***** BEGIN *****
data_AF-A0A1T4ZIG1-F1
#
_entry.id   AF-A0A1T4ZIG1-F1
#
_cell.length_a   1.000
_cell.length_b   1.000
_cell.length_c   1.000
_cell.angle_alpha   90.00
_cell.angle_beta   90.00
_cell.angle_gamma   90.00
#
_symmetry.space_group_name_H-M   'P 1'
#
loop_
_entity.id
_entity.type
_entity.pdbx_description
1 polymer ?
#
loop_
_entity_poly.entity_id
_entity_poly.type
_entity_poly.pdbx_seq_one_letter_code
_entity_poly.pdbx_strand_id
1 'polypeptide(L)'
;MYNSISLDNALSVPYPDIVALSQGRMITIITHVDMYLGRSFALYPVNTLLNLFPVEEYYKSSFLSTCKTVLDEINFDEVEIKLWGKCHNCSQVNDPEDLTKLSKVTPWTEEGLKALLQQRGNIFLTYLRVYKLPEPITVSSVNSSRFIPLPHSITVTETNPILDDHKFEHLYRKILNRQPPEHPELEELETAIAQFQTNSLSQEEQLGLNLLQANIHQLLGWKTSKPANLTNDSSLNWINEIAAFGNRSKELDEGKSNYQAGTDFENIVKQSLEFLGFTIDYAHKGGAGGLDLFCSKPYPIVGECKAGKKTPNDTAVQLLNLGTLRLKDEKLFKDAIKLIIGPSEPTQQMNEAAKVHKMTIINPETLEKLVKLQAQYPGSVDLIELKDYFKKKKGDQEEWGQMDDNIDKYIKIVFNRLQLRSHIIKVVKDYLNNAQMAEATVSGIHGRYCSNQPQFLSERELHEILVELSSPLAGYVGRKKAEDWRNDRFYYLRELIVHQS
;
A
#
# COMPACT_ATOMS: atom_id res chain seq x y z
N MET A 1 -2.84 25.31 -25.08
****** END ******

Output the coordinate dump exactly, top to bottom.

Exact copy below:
data_AF-A0A1T4ZIG1-F1
#
_entry.id   AF-A0A1T4ZIG1-F1
#
_cell.length_a   1.000
_cell.length_b   1.000
_cell.length_c   1.000
_cell.angle_alpha   90.00
_cell.angle_beta   90.00
_cell.angle_gamma   90.00
#
_symmetry.space_group_name_H-M   'P 1'
#
loop_
_entity.id
_entity.type
_entity.pdbx_description
1 polymer ?
#
loop_
_entity_poly.entity_id
_entity_poly.type
_entity_poly.pdbx_seq_one_letter_code
_entity_poly.pdbx_strand_id
1 'polypeptide(L)'
;MYNSISLDNALSVPYPDIVALSQGRMITIITHVDMYLGRSFALYPVNTLLNLFPVEEYYKSSFLSTCKTVLDEINFDEVEIKLWGKCHNCSQVNDPEDLTKLSKVTPWTEEGLKALLQQRGNIFLTYLRVYKLPEPITVSSVNSSRFIPLPHSITVTETNPILDDHKFEHLYRKILNRQPPEHPELEELETAIAQFQTNSLSQEEQLGLNLLQANIHQLLGWKTSKPANLTNDSSLNWINEIAAFGNRSKELDEGKSNYQAGTDFENIVKQSLEFLGFTIDYAHKGGAGGLDLFCSKPYPIVGECKAGKKTPNDTAVQLLNLGTLRLKDEKLFKDAIKLIIGPSEPTQQMNEAAKVHKMTIINPETLEKLVKLQAQYPGSVDLIELKDYFKKKKGDQEEWGQMDDNIDKYIKIVFNRLQLRSHIIKVVKDYLNNAQMAEATVSGIHGRYCSNQPQFLSERELHEILVELSSPLAGYVGRKKAEDWRNDRFYYLRELIVHQS
;
A
#
# COMPACT_ATOMS: atom_id res chain seq x y z
N MET A 1 -2.84 25.31 -25.08